If you google ‘Eric Garner’ I guarantee you that almost every article by major media outlets will list some or all of the following: Garner’s height, weight, his (alleged) past criminal history, and that the police supposedly thought he was “illegally” selling cigarettes. And all this information will be in the first few paragraphs.
Here’s what most corporate news outlets won’t make so readily available (you may have to dig for it): precisely how many officers ganged up on Garner, their complete police histories, any crimes they may have committed in their personal lives, and not even the names of all the involved officers are listed. And you may or may not have read that Garner clearly said he couldn’t breathe at least six times, and that multiple witnesses said Garner had just arrived on scene and broken up an altercation.
The media is hardly objective and they begin covering for the police and victimizing the victim very early on. These lopsided “facts” and seemingly minor omissions is only the beginning. Wait until it goes to court. Then you won’t believe how much news outlets, the police and defense attorneys will demonize Mr. Garner.
Unless you’re Black. Then this is an all too familiar pattern.
From Emmett Till to Rodney King to The Central Park Five to Oscar Grant to Amadou Diallo to Sean Bell to Trayvon Martin to Renisha McBride to Jonathan Ferrell to Jordan Davis to Eric Garner and so very many others…even though we’re always unarmed, there is never a shortage of disproportionately White juries eager to conclude that the act of merely existing while Black is always sufficient justification for inflicting brutality, imprisonment or murder onto any unfamiliar Black bodies
Seems like it’s always the same old song and dance whenever Black people seek justice from the system made to imprison us: Criminalizing Blackness — White people may commit crimes, but Black people are always viewed as criminals.
I once attended a symposium on journalistic ethics where the keynote speaker, a well-known journalist, talked about journalists’ special role in society as guardians of democracy. Because of this, he said, journalists are sometimes allowed to do certain things that other citizens are not, such as intrude into people’s private lives. This is much like doctors who are allowed to cut into people or soldiers who are allowed to kill, he explained.
Then he offered another analogy: it’s like police who “have the right to beat people.” I sat in the audience, momentarily stunned. I nudged a friend next to me. Had he actually said that police have a right to beat people? Yes, she said, I had heard it right.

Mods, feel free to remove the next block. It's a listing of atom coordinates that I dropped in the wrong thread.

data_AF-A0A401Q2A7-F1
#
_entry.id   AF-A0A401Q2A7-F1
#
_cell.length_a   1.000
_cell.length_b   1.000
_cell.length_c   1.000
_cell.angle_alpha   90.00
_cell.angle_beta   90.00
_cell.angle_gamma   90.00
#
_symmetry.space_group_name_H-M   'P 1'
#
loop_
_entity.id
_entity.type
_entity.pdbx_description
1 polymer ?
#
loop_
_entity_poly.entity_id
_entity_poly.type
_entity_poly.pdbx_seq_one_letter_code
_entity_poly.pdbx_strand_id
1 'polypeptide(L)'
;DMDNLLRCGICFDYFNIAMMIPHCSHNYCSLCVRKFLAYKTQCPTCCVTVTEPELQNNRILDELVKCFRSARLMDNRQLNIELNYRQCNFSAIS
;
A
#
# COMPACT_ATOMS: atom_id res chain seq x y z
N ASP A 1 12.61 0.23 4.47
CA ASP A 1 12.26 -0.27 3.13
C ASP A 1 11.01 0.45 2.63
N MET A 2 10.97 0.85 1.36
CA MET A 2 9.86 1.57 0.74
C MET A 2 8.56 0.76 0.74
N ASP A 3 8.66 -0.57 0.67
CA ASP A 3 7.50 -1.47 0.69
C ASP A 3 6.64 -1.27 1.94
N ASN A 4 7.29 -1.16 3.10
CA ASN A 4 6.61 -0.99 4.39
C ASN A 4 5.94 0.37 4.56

I looked around at an almost completely white and generally middle-class audience in the auditorium of the private college where the symposium was being held. No one seemed too upset by what he had said.
The speaker went on to say a lot of other reactionary things. Later, during the question period, I went to the microphone, intending to focus on another stupid point he had made.
"But before I get to my question," I said, "I want to say that it seems to me that anyone who can say that police have a right to beat people is presumptively excluded from discussion about ethics of any kind."
The audience squirmed, unsure of how to react. The speaker winced but never responded to my challenge.
Later, during the reception, I talked to a colleague who was unclear what point I was trying to make. Surely, the speaker just misspoke, he said; what the speaker meant to say was that in certain situations, police have a legal right to use force, sometimes even deadly force.
Yes, I understood that, I replied. But my point was that he used the phrase, "the right to beat people.” The language reflects his relationship to power. No one who comes from a class of people subject to being beaten by police would ever think of using such a phrase. Only people who don’t have to worry about being beaten would make the “mistake.” Beyond that, I argued, it’s not implausible that the speaker and lots of other folks like him are glad they live in a world in which police sometimes beat people; it keeps the “dangerous classes” in line.
"Try to imagine if he were black, even a black person with a professional career and a middle-class life," I said. "Think of how different interactions with police are for black people. Do you think he would have said that?"
My colleague shrugged and said I was overreacting to an admittedly careless, but harmless, choice of words on the speaker’s part. The colleague turned, never really understanding what I thought was a simple point, and headed off to talk to someone less contentious.
I was left standing there, full of anger, wanting to scream, and feeling incredibly alone.
I looked around and realized that all around me were people just like me - white, middle-class, educated academics or professional journalists. And I hated them. I don’t just mean that I was frustrated with them. At that moment, I hated them. Not just the speaker, but all of the nice middle-class white folks in the room who were too polite to say anything, to hold the speaker accountable. I even hated the three or four white people who had come up to me after the talk and thanked me for speaking up. I bit my tongue and didn’t ask them the obvious question: Why didn’t you speak up too, instead of leaving my comments to hang in the air, to wither and die without support?